A place for my stuff, cont.

A place for my stuff, cont.

: Some reaction to the Place for My Stuff post, below:

: Evil Genius wants it and wants more: sync for contacts and calendars (a la .Mac), RSS information (including what has been read and what hasn’t been… Shrook and FeedGator give you pieces of that), and TV and radio preferences to make better recommendations.

: VC Ed Sim doesn’t want it all stored on the Internet but on a server in his home, like Mirra, solving privacy and security issues.

I still don’t agree because: (1) Consumers won’t understand why they should make a capital investment and it will be a hard sell — witness the trouble TiVo has had getting going. (2) Consumers hate installing anything. (3) A service is more efficient — it can offer you a terrabyte of storage but no one will use it all. (4) A service can constantly update itself with new software. (5) If the storage sits in the cloud, you can play your stuff on any device in the home — or anywhere else — without having to network anything; if you store your stuff on a home-based server in the den, it’s not going to be easy to get to yourself from the bedroom TV. (6) It’s possible — possible — that an in-the-cloud service can deal better with copyright issues. That is, you can store a legal copy of (or link to) a show or song among your stuff in the cloud and play it anytime anywhere and copy it onto limited devices (a la iPod) but not endlessly duplicate and distribute it.

For those last two reasons, cable companies stand well-positioned to provide place-for-my-stuff service. [Full disclosure: I sometimes work with a cable company.] A cable company can serve stuff to your home at high speed from the head-end and elsewhere via the Internet. A cable company will have relationships with entertainment companies and be trusted to hold “copies” of the shows you’ve bought or rented. But, as I said below, this service could be offered by many other service companies — AOL, Yahoo, telco — or software companiesy — Microsoft — or a new player.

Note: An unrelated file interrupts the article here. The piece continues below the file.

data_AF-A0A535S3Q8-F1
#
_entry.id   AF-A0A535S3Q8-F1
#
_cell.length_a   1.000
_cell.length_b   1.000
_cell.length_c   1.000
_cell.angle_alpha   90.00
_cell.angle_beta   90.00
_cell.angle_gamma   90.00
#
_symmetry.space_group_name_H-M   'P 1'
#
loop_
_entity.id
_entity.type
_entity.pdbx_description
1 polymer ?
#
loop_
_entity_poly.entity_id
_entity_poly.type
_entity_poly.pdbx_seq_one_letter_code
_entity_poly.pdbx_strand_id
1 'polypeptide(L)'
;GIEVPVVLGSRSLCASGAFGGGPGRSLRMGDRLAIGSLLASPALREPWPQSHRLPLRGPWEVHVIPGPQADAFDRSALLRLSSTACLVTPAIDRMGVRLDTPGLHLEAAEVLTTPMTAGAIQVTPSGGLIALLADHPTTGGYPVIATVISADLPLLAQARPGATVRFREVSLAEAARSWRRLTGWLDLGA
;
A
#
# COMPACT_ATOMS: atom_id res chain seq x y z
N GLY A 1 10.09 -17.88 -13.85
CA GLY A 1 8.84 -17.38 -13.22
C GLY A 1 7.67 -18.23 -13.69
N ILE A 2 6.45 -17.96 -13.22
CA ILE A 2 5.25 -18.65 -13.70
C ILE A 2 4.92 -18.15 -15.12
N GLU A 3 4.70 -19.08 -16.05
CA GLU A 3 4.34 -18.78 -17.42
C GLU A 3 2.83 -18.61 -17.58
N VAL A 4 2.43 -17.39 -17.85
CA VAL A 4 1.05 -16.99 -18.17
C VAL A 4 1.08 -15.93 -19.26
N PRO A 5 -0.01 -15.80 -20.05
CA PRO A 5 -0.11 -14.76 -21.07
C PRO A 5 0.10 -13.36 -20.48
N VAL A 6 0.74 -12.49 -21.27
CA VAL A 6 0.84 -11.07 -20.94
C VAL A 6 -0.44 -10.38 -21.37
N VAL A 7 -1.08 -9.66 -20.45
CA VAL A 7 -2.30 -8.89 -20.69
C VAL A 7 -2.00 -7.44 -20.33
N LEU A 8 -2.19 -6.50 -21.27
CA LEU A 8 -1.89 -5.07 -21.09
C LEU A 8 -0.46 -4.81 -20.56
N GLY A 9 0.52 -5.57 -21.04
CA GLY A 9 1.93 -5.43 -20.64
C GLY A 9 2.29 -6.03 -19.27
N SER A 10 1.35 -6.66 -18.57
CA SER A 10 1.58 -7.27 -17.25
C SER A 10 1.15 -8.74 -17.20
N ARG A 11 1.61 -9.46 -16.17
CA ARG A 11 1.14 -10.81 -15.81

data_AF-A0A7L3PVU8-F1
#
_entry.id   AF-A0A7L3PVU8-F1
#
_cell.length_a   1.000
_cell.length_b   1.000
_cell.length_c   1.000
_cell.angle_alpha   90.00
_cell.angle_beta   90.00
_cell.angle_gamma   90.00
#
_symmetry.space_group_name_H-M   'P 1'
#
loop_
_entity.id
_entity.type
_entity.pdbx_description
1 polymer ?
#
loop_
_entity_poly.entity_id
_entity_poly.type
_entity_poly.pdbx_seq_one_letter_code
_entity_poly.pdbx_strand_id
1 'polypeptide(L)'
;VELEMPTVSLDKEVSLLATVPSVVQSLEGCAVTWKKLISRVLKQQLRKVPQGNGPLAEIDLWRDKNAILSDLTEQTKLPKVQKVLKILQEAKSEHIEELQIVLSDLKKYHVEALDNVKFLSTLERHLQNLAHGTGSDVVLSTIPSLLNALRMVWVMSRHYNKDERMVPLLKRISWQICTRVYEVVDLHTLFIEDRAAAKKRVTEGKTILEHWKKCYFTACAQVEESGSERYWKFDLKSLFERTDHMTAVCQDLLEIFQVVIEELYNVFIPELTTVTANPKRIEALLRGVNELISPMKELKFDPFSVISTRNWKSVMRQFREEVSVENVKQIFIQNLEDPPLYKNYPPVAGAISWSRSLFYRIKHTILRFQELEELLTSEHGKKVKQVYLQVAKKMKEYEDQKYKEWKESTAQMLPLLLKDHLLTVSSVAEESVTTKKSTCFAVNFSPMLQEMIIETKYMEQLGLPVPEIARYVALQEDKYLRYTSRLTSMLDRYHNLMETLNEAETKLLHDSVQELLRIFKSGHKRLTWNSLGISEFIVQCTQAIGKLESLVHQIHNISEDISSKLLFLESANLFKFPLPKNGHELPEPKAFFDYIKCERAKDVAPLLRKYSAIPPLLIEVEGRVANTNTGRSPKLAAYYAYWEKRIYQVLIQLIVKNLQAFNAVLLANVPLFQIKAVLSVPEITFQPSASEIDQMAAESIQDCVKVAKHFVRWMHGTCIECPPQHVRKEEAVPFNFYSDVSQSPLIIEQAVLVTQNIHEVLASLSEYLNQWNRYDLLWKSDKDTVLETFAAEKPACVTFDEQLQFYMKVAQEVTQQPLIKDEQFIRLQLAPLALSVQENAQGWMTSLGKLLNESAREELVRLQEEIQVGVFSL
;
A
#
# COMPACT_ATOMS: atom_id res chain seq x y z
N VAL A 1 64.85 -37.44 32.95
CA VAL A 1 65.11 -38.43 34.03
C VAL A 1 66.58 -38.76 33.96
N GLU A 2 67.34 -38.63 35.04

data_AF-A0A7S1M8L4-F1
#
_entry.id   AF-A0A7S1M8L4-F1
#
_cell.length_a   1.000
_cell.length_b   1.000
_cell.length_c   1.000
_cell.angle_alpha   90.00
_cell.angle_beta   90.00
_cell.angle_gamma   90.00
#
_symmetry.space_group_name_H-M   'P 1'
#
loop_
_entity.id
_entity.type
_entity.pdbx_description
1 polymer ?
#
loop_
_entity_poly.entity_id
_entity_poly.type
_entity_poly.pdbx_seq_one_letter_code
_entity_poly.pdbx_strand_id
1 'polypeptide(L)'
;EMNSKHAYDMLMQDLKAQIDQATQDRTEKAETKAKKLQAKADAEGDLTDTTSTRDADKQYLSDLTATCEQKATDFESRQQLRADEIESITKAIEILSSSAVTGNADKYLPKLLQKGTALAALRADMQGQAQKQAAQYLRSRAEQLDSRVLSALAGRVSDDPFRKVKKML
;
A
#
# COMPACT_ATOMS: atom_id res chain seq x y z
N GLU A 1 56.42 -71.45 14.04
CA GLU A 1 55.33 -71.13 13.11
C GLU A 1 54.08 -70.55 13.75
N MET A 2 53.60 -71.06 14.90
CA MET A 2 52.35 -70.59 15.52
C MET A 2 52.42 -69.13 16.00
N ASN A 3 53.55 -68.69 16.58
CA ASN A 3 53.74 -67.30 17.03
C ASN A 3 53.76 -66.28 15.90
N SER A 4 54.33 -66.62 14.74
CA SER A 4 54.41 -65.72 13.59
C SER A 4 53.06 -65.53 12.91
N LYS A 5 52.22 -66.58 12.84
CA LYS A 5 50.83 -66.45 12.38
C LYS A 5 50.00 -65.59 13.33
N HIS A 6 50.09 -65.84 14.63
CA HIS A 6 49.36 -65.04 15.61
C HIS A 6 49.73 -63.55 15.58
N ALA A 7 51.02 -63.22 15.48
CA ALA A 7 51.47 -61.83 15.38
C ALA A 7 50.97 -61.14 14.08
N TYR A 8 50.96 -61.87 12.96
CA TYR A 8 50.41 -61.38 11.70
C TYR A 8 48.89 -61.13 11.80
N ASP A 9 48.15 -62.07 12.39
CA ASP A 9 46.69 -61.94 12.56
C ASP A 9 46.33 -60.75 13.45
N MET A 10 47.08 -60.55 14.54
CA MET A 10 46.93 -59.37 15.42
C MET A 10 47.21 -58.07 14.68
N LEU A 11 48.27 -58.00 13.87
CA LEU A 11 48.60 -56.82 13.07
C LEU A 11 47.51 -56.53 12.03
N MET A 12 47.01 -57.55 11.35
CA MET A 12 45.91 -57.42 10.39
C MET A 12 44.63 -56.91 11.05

In any case, I still think this will be a service business, not a hardware business. It will be an essential and big business.

: Fred Wilson didn’t respond to the post but he is complaining that BitTorrent is filling up his hard drive rapidly. I left a taunting comment saying that what he needs is a place for his stuff.

: UPDATE: Ed Sim has a response to the response to the response. Go read it.

  • http://halfass.com scott partee

    Sure, it’s a service business, but it’s going to require MUCHO hardware. If Google figured out a way to provide a gigabyte free based on a 10,000+ node cluster, then somebody is going to have to cough up some SERIOUS infrastructure to offer a place for all my stuff (160GB and counting).

  • http://photoncourier.blogspot.com David Foster

    My understanding is that, so far, the cable companies have preferred DVRs with local hardware over a “cloud” solution specifically because copyright law approves customer temporary storage on their own HW, whereas in the case of “cloud” hardware, things are more ambiguous.
    This all probably changes, though, as Video on Demand becomes prevalent and the appropriate licensing agreements with content owners are negotiated.